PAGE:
Our trip got off to a rough start right from the beginning. We slept in pretty late after festivities the night before. I think we finally left the house around 9ish. We went to make our quick trip to Starbucks for the customary pupcups for the dogs. Well Ripley, the German Shepherd, has gotten pretty accustomed to her pupcups and a little impatient. As I was pulling out of the Starbucks she climbed up on the center console to try and reach her pupcup. At almost the exact same time someone cut me off so I had to slam on the brakes. Which equaled a flying German Shepherd who exploded one of our coffees all over the front of the car. Of course we had to turn around and get a replacement coffee. Then it was back to the house to clean the car up and try to restart the trip.
Once the coffee was cleaned up as best as we could manage we took back off to the Sandia Crest. It was right at an hour drive in most of a circle to go around the mountains and then back up to the crest. Once at Sandia Crest we found colder temperatures than expected and some significant wind. The car said it was 36 degrees out but it felt well below freezing and colder even than our day on Deception Peak. We went to use the facilities at the trailhead before starting our hike with signs on the door stating that they were maintained by the shop at the crest. I am not sure why they claimed them because even for vault toilets they were literally the nastiest I have ever seen.
So several minor tragedies managed we finally got to set of our hike. We planned to follow the North Crest Trail (Trail 130) a short two miles north from Sandia Crest, the high point of the mountains, to the North Sandia Crest which is a point at about 10,430’. The hike really wasn’t the best and was solidly rock and with plenty of tree roots. Tree roots were all over the trails in Arkansas but are a rarity in New Mexico. I don’t know if the dogs were just fired up from being cooped up while we were gone the day before or what but they were not good hiking companions. Ripley managed to apply just the slightest pressure on her leash that caused me to trip over a rock or root.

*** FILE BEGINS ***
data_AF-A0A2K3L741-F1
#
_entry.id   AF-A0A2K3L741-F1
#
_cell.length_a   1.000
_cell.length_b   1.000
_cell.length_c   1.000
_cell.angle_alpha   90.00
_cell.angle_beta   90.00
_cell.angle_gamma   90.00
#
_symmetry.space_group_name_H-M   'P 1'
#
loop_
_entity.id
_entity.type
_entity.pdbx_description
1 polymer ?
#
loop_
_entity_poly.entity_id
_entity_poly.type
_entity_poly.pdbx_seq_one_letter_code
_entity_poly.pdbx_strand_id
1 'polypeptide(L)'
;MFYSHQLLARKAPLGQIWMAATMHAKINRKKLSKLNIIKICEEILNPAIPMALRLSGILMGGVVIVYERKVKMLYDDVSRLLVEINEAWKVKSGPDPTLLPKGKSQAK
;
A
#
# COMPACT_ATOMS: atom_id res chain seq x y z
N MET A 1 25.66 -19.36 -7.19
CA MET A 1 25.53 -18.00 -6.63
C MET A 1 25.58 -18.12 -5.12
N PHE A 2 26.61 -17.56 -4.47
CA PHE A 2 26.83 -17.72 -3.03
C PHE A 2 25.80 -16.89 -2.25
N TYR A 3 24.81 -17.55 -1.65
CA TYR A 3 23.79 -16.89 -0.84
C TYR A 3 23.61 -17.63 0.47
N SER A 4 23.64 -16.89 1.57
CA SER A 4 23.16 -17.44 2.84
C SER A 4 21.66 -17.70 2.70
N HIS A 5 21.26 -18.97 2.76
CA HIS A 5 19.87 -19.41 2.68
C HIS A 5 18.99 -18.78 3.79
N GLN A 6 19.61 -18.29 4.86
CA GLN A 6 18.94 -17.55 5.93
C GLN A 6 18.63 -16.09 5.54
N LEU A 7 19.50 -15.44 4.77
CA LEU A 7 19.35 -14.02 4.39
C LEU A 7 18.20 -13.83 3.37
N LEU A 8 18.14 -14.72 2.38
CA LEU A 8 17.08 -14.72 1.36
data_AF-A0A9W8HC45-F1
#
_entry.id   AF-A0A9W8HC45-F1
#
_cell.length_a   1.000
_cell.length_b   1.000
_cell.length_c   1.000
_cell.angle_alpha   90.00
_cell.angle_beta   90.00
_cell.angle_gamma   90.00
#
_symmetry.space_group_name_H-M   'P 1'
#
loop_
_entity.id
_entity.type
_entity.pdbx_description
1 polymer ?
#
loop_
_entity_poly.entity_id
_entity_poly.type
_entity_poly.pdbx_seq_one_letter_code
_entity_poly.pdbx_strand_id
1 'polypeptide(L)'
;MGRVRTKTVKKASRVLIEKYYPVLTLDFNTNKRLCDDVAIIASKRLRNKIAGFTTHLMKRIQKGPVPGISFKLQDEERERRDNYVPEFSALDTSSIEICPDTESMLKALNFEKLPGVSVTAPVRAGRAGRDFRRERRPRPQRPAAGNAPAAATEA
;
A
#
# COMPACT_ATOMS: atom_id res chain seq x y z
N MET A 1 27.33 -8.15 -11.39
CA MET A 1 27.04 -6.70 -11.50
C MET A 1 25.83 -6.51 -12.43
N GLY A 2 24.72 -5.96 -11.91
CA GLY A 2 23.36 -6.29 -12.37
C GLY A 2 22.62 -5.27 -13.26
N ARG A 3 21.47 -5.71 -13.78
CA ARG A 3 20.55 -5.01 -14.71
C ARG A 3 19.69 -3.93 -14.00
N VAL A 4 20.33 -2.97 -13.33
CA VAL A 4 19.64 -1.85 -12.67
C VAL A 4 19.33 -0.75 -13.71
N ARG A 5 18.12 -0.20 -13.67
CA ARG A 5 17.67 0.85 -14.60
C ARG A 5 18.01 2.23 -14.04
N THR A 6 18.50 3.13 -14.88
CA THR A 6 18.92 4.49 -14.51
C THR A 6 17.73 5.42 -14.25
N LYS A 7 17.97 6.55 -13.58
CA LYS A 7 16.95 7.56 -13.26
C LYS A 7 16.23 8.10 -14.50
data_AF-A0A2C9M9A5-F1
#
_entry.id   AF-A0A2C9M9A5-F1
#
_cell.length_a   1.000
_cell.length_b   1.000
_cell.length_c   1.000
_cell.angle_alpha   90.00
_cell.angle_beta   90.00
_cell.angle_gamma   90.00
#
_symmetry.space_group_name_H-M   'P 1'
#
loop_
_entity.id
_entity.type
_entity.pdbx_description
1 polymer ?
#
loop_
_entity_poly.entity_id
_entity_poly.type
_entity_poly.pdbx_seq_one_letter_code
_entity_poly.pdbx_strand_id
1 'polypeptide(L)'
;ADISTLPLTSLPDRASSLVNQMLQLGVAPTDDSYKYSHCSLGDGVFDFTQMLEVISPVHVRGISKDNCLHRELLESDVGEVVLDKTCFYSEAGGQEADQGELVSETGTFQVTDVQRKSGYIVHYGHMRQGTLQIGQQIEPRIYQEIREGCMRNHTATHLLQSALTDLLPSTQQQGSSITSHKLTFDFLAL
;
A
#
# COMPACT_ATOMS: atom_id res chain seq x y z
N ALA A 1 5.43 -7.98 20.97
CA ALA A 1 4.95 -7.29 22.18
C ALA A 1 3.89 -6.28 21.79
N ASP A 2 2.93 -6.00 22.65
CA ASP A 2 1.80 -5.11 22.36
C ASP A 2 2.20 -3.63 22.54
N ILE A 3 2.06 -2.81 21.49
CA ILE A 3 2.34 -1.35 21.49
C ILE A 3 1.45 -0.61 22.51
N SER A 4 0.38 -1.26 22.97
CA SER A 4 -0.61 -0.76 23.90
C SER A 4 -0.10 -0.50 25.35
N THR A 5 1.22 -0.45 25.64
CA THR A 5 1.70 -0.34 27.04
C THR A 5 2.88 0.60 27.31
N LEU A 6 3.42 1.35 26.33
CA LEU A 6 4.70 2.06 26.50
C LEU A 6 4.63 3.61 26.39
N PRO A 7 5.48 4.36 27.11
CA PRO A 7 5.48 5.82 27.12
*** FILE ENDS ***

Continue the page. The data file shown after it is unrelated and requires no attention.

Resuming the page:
The trail really wasn’t that good but it did have a bunch of off shoots to lookouts from the mountain back over Albuquerque. The North Sandia Crest actually didn’t have much in the way of views due to trees but several of the lookouts before provided a great background for some nice photos. We turned around and covered the short mileage back home including a small side trail adventure. All in all we ended up doing 4.6 miles with 733’ of elevation gain in 1:42. On the way home we stopped at Brickyard Pizza and grabbed a green chili Lobo Pizza for lunch which might have been the high point of the trip.
Sadly this hike was meant to just be a nice easy one that we could fit into an otherwise busy weekend but it really didn’t deliver. I guess you can’t win every weekend and we have had some great trips over the last couple of months. Usually our dogs are solid on hikes. Lilly the Siberian Husky has a knee issue so she is capped at 4-6 miles but they pups did not make this an easy trip. Hopefully we can turn the luck around next weekend and have another great trip.
After my hike of Santa Fe Baldy on Saturday we decided to take a day trip up to the Bisti/De-Na-Zin Wilderness Area or as it is more commonly known Bisti Badlands. This trip was actually our furthest one to date as Bisti Badlands is about two and half hours from Albuquerque up in the northwest corner of New Mexico. We got up about 7am and got all of stuff including our Siberian Husky, Lilly, and our German Shepherd, Ripley, loaded up and ready to go. We had to make a customary stop at Starbucks for pupcups, little espresso cups full of whipped cream for the dogs, and then we headed off to Bisti Badlands.
The first trail we went to was the De-Na-Zion section trail that was on the south side of the Bisti/De-Na-Zin Wilderness. The trail was okay but mostly just followed a dry creek bed or arroyo. It wouldn’t have been a bad hike but it was a pretty common hike that can be found all over the southern half of New Mexico. I thought our trail came right next to another one so that instead of the out-back route that was on All Trails we could turn it into a loop. Well I didn’t zoom in enough on the map to realize that they two trails didn’t connect. So we set off on our own to find a way to reach the other trail; which actually ended up being the best section of this trail. We reached the top of the canyon above the arroyo and the view was much better. There were also some interesting rocks that Bisti Badlands is famous for.